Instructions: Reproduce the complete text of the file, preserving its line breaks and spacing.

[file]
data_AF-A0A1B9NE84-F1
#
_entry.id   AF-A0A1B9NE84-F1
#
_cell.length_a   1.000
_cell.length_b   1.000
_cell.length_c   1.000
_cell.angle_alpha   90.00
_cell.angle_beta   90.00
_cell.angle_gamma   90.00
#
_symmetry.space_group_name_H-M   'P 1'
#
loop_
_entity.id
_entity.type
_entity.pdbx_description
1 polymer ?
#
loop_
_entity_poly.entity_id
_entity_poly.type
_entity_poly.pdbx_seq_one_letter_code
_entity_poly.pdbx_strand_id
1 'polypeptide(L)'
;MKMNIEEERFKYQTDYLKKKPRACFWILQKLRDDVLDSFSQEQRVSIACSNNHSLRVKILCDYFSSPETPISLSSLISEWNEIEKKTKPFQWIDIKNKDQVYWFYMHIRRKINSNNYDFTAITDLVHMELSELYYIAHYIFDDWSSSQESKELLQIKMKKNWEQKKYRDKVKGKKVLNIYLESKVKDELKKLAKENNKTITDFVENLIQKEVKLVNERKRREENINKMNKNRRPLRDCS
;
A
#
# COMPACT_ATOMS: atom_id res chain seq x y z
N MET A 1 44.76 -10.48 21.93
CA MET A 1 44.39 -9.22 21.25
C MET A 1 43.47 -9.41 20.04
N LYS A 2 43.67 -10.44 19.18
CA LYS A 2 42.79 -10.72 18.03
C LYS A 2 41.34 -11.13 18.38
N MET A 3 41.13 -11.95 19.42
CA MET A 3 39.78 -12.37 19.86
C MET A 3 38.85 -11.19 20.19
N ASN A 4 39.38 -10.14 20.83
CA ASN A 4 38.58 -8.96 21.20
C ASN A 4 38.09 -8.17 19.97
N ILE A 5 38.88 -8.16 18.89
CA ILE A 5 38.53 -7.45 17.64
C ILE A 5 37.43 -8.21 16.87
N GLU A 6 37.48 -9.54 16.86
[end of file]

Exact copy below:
data_AF-A0A1B9NE84-F1
#
_entry.id   AF-A0A1B9NE84-F1
#
_cell.length_a   1.000
_cell.length_b   1.000
_cell.length_c   1.000
_cell.angle_alpha   90.00
_cell.angle_beta   90.00
_cell.angle_gamma   90.00
#
_symmetry.space_group_name_H-M   'P 1'
#
loop_
_entity.id
_entity.type
_entity.pdbx_description
1 polymer ?
#
loop_
_entity_poly.entity_id
_entity_poly.type
_entity_poly.pdbx_seq_one_letter_code
_entity_poly.pdbx_strand_id
1 'polypeptide(L)'
;MKMNIEEERFKYQTDYLKKKPRACFWILQKLRDDVLDSFSQEQRVSIACSNNHSLRVKILCDYFSSPETPISLSSLISEWNEIEKKTKPFQWIDIKNKDQVYWFYMHIRRKINSNNYDFTAITDLVHMELSELYYIAHYIFDDWSSSQESKELLQIKMKKNWEQKKYRDKVKGKKVLNIYLESKVKDELKKLAKENNKTITDFVENLIQKEVKLVNERKRREENINKMNKNRRPLRDCS
;
A
#
# COMPACT_ATOMS: atom_id res chain seq x y z
N MET A 1 44.76 -10.48 21.93
CA MET A 1 44.39 -9.22 21.25
C MET A 1 43.47 -9.41 20.04
N LYS A 2 43.67 -10.44 19.18
CA LYS A 2 42.79 -10.72 18.03
C LYS A 2 41.34 -11.13 18.38
N MET A 3 41.13 -11.95 19.42
CA MET A 3 39.78 -12.37 19.86
C MET A 3 38.85 -11.19 20.19
N ASN A 4 39.38 -10.14 20.83
CA ASN A 4 38.58 -8.96 21.20
C ASN A 4 38.09 -8.17 19.97
N ILE A 5 38.88 -8.16 18.89
CA ILE A 5 38.53 -7.45 17.64
C ILE A 5 37.43 -8.21 16.87
N GLU A 6 37.48 -9.54 16.86